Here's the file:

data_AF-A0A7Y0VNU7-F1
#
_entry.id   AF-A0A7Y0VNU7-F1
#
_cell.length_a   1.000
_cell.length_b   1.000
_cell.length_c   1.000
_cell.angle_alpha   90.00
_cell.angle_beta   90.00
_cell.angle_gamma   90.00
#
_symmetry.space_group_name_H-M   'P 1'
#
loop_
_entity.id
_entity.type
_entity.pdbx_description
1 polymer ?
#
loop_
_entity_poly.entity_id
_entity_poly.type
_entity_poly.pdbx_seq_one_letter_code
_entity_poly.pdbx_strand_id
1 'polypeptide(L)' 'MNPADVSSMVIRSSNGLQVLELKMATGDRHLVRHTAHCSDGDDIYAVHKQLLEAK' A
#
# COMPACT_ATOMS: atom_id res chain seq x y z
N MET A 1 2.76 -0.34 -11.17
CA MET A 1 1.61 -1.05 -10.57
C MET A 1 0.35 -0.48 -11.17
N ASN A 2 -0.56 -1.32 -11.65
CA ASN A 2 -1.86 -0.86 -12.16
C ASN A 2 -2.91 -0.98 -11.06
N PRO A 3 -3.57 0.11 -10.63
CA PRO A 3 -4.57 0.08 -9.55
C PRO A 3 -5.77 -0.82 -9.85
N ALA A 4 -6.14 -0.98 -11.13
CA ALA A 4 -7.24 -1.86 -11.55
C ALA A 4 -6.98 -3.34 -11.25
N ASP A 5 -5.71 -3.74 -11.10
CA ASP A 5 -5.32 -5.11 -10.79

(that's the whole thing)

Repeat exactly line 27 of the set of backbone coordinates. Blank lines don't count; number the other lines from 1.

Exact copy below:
# COMPACT_ATOMS: atom_id res chain seq x y z